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Southampton's ultimate managerial monster
First published in The Pink on Saturday, November 20, 2010.
ANNIVERSARIES are usually the bane of the football fan’s life.
They have a habit of clashing with cup finals or derbies, resulting in a spot of bother at home with the other half.
So to have an anniversary about football is a bit odd – and if I’m totally honest, it seems a bit pointless, but still, why not?
It doesn’t harm anyone and it provides the perfect platform for loads of us to ponder what it was like over the years – better, worse or pretty much no different.
From great games to awful players we all have our stand-out moments – not from all of the 125 years, for obvious reasons, but a large fraction is certainly covered by the more senior members of the fan base.
With that in mind, I was thinking about the (numerous) managers we’ve had since I started supporting Saints under the last days of Chris Nicholl some 20 years ago – and what were the best aspects of each.
As you can appreciate, for some managers it was easier than others.
I tried to gloss over the all-too-well-known failings, so you may find some descriptions a bit, well, generous, to say the least.
So without further ado, I give you what I think are the features from the Saints’ managers of the ‘Kerins era’ that I would like to build into the managerial version of Frankenstein’s monster:
• IAN BRANFOOT: Physicality. With players like Ruddock, Hurlock and Cockerill, there was no question this was a man’s side. Hard and uncompromising, Branfoot built a team with a physical steel. Sadly, it had not much else.
• ALAN BALL: Vision. His decision to build the team around Le Tissier was a master-stroke. To know how to bring out the best of such an incredible talent is no mean feat.
• DAVE MERRINGTON: Youth. Don’t let the accent fool you – this man is Saints through and though. It was his running of the youth sides that unearthed talents like Le Tissier and the Wallaces. His infectious passion of the club and knowledge of the game gave us many key players of years gone by.
• GRAEME SOUNESS: Sense of occasion. As tempted as I am to plump for his ’tache Souness did get his side to perform when needed. The 6-3 against Manchester United being the stand-out result under him. If only he ever had the chance to plant a Saints flag in the pitch at Fratton Park.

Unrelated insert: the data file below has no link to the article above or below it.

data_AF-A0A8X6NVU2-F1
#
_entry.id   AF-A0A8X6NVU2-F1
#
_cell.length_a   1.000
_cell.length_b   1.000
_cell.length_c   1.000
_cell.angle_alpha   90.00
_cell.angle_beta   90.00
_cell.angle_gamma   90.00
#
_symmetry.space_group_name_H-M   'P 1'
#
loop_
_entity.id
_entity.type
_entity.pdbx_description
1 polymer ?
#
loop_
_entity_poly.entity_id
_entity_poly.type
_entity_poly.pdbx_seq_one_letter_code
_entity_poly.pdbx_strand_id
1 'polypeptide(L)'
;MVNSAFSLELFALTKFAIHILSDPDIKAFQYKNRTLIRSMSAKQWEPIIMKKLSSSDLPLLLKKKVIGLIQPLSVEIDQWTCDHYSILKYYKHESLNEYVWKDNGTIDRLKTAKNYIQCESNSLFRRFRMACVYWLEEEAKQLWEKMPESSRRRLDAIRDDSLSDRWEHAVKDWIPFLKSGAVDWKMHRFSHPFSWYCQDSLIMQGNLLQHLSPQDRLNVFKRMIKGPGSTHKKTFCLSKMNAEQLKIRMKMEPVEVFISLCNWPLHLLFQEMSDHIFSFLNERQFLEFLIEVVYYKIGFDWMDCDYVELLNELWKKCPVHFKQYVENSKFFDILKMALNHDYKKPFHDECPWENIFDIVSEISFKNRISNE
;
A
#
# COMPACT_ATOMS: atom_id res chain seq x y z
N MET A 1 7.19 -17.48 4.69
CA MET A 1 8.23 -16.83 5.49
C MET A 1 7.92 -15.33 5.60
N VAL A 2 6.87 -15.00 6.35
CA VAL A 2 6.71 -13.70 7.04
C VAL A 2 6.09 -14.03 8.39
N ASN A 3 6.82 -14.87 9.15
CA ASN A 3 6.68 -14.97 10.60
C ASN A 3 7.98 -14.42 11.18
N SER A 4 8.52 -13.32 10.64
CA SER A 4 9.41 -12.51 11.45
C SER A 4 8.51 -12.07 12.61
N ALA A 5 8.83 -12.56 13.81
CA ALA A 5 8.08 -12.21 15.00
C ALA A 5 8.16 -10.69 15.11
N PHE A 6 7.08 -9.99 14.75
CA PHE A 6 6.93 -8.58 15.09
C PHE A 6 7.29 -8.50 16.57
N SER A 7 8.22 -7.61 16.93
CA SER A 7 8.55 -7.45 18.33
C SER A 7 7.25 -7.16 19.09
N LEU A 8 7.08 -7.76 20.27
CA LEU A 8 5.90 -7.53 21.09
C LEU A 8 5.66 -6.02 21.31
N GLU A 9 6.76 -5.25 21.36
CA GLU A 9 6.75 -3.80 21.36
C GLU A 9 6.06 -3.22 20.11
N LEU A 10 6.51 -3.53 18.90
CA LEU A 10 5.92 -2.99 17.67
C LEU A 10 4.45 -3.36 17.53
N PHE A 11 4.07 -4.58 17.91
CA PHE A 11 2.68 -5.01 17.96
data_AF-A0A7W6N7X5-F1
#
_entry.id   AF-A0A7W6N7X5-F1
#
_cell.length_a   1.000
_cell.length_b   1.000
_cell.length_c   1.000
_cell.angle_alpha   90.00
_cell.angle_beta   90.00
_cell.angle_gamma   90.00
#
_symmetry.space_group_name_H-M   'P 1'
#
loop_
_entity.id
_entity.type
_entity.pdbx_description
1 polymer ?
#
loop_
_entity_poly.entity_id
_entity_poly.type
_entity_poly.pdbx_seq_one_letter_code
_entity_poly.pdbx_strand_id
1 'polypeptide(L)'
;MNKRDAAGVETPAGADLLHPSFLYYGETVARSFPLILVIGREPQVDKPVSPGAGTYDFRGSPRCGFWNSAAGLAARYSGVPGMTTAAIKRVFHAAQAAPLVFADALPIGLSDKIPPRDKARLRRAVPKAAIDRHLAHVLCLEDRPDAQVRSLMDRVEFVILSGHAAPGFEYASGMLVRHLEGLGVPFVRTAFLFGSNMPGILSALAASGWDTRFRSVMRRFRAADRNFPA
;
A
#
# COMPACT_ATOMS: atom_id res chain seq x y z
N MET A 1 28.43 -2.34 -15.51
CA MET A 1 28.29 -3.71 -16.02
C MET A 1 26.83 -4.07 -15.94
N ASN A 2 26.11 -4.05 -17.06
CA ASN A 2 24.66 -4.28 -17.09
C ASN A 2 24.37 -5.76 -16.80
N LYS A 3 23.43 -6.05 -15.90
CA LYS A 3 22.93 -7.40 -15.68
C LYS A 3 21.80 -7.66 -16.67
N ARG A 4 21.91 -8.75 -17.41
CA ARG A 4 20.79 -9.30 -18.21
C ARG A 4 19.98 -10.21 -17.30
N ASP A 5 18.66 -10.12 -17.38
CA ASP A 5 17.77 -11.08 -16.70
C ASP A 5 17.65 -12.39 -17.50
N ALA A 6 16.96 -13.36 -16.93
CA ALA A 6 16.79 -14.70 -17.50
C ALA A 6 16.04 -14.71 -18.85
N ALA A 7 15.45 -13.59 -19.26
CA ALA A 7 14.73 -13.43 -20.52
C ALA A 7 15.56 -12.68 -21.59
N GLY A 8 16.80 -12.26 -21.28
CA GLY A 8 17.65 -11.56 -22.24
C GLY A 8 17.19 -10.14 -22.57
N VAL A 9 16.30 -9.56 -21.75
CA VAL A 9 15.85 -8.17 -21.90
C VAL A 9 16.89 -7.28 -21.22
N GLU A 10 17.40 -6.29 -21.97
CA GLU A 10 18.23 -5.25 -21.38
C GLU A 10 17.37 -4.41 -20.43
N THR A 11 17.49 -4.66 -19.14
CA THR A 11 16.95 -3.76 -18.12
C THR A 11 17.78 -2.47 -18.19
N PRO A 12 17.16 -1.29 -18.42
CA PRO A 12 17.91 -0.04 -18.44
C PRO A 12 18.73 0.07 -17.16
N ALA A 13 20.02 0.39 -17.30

• DAVE JONES: Transfers. If there’s one thing Jones certainly had going for him at The Dell was his eye for a player.
Ignoring Ripley and Hughes – which were signings most of us would have made at the time – signings like Beattie, Pahars and Dean Richards played key roles not just in his side but for years to come.
• GLENN HODDLE: Pragmatism. It may not have been pretty – a lot of wins were rather dour 1-0s, but his tactical approach had Saints fans seriously looking at the top half of the table. He instilled a belief and confidence in the club that had long been non-existent.
• STUART GRAY: Community. He was a nice bloke and his decision to put Le Tissier on against Arsenal gave us one of the greatest moments of being a Saints fan. He also spent many years working in the club's community office.
• GORDON STRACHAN: Spirit. Man-for-man, he may not have had the best squad in the Premier League, but he moulded them into a successful and effective unit.
Strachan’s tenure was the most successful in terms of league position for almost 20 years and he achieved it in the FA Cup Final appearance by simply making the team play for each other and believe in what they could achieve.
• PAUL STURROCK: Excitement. We didn’t have much chance to see it, but his approach to football was more adventurous than previous managers. The matches against Newcastle and Blackburn were end-to-end, thrill a minute affairs. Like Sturrock, I also enjoy fried egg sandwiches.
• STEVE WIGLEY: He beat Pompey.
• HARRY REDKNAPP: What he’s done at Portsmouth and Spurs suggests he is a good manager. Something was definitely wrong at St Mary’s under him though, so I can’t quite decide what to ‘keep’ from him, other than beating Pompey and getting Louise to come to lots of Saints games.
• GEORGE BURLEY: Reputation. One good full season here was more than enough for him to get the top job in Scottish football – despite two partial seasons which were poor at best. He promised much, delivered some and then seemed to stop. But he’s rated highly by others.
• NIGEL PEARSON: Passion. The team were on a hiding to nothing when he came in and turned it around – seemingly against all odds. Similar to Strachan in that respect, rather than make lesser players better, he gave decent players belief in their talents.
• JAN POORTVLIET: Style. This may seem odd if you think of the photo of him pretending to be James Bond, right, but I have never seen such attractive football played by Southampton as I did under Jan. Shame his team couldn’t score. Or defend.
• MARK WOTTE: Self-confidence. Say what you want about Wotte, he believed in himself. Sometimes, that’s all you need. As we know, that doesn’t quite cut it at St.
• ALAN PARDEW: Mentality. When he came, he said he wanted to instill a winning mentality at the club. He certainly did, and I know I’m not alone when I say his tenure was the most enjoyable 12 months I have ever had as a Saints fan. We played attractive, winning football under him – and we won well.
• NIGEL ADKINS: Well it’s too early to really pass judgement on him. Hopefully the Frankenstein’s Manager will end up being him – who knows.
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